... The NYTX front page is here. A rather fabulous entry on the page: Patrick Somerville's "Thank You for Killing My Novel."

"GOP to the Uninsured: Drop Dead." Matt Miller of the Washington Post: "The Republican message to uninsured Americans in the wake of the Supreme Court's recent ruling couldn't be clearer: You're on your own." CW: Miller is fairly conservative (he's one who advocated for a third-party presidential candidate), so this both fairly damning -- & accurate.

Lori Montgomery of the Washington Post: "Americans paid the lowest tax rates in 30 years to the federal government in 2009, due in part to tax cuts sought by President Obama to combat the Great Recession, congressional budget analysts said Tuesday."

Presidential Race

New York Times Editors: "Mr. Romney has resisted all demands for more [financial] disclosure, leading to growing criticism from Democrats that he is trying to hide his fortune and his tax schemes from the public. Given the troubling suspicions about his finances, he needs to release many more returns and quickly open his books to full scrutiny." A pretty good rundown of Mitt's shady shelters.

News Ledes

New York Times: "Waging old battles with new zeal, the House passed a bill on Wednesday to repeal President Obama's health care overhaul law less than two weeks after the Supreme Court upheld its major provisions as constitutional. The bill was approved by a vote of 244 to 185, with five Democrats supporting repeal. It has no chance of approval in the Senate and would face a veto from Mr. Obama if it ever got to him."

Washington Post: Mitt Romney's "speech [in Houston, Texas] before the NAACP drew him the most hostile reception from any campaign audience so far this year and Romney appeared visibly unsettled by three rounds of loud boos from the crowd."

AP: "A federal judge on Wednesday continued to block a state law that threatened to shut down Mississippi's only abortion clinic and make it nearly impossible for a woman to get the procedure in the state. U.S. District Judge Daniel P. Jordan III temporarily blocked the law July 1 and extended that order Wednesday, though he did not say when he would rule on the clinic's request to put the law on hold for a longer period. If he grants that request, the case eventually would go to trial."

Washington Post: "About 2.3 million Northern Virginia residents were without emergency 911 telephone service for several days last week after a backup generator failed following severe thunderstorms in the region, a senior Verizon official told government leaders Wednesday. The outage, which prevented hundreds, perhaps thousands, of calls for help from getting through to emergency responders, was among the worst public safety fallouts from the June 29 storm...."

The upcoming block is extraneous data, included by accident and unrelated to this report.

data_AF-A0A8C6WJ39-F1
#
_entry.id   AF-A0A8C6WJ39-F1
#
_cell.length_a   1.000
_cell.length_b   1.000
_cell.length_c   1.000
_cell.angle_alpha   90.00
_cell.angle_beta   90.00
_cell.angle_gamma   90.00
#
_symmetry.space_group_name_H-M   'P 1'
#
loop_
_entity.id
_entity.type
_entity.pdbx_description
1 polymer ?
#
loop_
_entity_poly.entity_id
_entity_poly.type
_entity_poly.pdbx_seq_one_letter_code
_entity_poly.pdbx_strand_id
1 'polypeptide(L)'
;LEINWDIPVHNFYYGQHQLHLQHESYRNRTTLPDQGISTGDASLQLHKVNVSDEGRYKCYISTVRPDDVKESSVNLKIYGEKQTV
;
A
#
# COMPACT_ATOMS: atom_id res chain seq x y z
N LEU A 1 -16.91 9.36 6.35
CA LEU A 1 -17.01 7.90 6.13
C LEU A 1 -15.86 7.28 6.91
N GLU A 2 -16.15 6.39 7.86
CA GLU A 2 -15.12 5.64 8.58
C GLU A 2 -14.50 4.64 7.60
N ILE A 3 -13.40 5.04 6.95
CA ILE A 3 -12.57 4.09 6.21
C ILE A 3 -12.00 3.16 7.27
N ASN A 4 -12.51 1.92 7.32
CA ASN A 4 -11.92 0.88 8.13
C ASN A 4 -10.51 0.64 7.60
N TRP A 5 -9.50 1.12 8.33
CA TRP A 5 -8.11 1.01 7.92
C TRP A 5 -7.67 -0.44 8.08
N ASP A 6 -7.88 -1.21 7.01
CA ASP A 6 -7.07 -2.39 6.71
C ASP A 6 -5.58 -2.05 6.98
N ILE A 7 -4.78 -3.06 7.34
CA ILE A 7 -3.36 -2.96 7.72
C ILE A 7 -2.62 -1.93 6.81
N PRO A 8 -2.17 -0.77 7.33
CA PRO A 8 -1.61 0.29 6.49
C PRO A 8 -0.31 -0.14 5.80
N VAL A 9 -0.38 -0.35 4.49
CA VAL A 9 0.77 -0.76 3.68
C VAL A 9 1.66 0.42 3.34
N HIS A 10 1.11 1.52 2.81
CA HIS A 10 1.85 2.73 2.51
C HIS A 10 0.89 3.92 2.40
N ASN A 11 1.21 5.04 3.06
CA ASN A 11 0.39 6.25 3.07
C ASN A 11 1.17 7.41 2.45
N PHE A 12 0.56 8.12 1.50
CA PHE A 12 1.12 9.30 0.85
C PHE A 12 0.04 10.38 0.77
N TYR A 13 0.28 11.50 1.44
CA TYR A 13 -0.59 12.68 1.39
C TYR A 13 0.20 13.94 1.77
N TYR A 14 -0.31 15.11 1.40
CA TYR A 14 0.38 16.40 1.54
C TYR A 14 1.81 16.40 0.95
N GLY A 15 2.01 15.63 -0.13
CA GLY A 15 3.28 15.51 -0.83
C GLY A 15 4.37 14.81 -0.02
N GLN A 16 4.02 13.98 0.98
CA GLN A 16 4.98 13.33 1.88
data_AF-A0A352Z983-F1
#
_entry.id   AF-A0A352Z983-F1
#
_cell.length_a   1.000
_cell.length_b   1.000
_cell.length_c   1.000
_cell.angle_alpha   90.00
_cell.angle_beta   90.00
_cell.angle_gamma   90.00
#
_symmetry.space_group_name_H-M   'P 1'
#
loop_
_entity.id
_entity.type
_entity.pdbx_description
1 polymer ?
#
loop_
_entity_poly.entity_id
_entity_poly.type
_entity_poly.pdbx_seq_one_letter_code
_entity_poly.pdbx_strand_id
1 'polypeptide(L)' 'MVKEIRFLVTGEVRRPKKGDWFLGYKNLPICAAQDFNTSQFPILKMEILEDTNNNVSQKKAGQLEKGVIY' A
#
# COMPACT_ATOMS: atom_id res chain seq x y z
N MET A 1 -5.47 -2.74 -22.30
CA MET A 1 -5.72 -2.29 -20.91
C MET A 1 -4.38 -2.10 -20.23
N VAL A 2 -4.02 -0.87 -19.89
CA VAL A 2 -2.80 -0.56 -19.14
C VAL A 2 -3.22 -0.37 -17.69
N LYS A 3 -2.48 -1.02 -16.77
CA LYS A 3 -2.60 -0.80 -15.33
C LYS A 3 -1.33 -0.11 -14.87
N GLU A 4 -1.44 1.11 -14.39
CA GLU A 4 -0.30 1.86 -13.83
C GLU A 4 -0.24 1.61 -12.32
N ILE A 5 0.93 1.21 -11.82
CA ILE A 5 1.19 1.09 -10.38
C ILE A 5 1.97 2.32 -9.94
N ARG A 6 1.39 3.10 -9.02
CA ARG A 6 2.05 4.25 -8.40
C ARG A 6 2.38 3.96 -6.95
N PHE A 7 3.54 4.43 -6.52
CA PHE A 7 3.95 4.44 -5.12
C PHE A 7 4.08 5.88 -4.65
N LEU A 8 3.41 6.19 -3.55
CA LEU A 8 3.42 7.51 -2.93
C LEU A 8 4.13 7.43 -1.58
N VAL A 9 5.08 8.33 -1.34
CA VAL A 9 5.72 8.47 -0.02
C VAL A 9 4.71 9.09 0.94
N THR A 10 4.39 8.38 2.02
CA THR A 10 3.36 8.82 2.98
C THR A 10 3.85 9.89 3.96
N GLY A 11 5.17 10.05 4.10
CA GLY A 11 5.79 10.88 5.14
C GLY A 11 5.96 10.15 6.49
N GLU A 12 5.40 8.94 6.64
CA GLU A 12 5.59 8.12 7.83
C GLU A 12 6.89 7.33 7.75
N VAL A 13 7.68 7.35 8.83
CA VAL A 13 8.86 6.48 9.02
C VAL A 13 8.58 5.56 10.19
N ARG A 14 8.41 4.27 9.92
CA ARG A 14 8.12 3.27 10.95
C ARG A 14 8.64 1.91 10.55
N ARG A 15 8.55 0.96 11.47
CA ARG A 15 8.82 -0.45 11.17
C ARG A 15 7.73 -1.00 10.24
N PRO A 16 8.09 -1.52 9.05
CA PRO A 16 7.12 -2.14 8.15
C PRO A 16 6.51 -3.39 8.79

Washington Post: House Minority Whip Steny Hoyer (D-Maryland) "joined other lawmakers Wednesday in calling on Rep. Jesse Jackson Jr. (D-Ill.) to disclose more details about his absence from Congress since June 10. Jackson's wife also said she hoped doctors would soon release information about the lawmaker, while some Democrats said again that the congressman should be permitted to sort out his personal issues beyond the public spotlight." ...

     ... ABC News Update: "Illinois Congressman Jesse Jackson Jr., who took a mysterious leave of absence from Capitol Hill last month is being treated for a 'mood disorder,' his physician said Wednesday."

AP: "The president of Florida A&M University submitted his resignation Wednesday, the same day the university was sued by parents of a drum major who died during a hazing. It was unclear if the two events were related. James Ammons announced the resignation, which takes effect Oct. 11, in a letter to the chairman of the university's governing board."

New York Times: "In a case that is part parable of high-society travail and part police-beat mystery, investigators awaited the outcome on Wednesday of further tests to discover what killed American-born Eva Rausing, one of Britain's richest women, after her body was discovered at her upmarket home and her husband arrested." More on the troubled lives of Rausing & her husband Hans Kristian Rausing from the Guardian.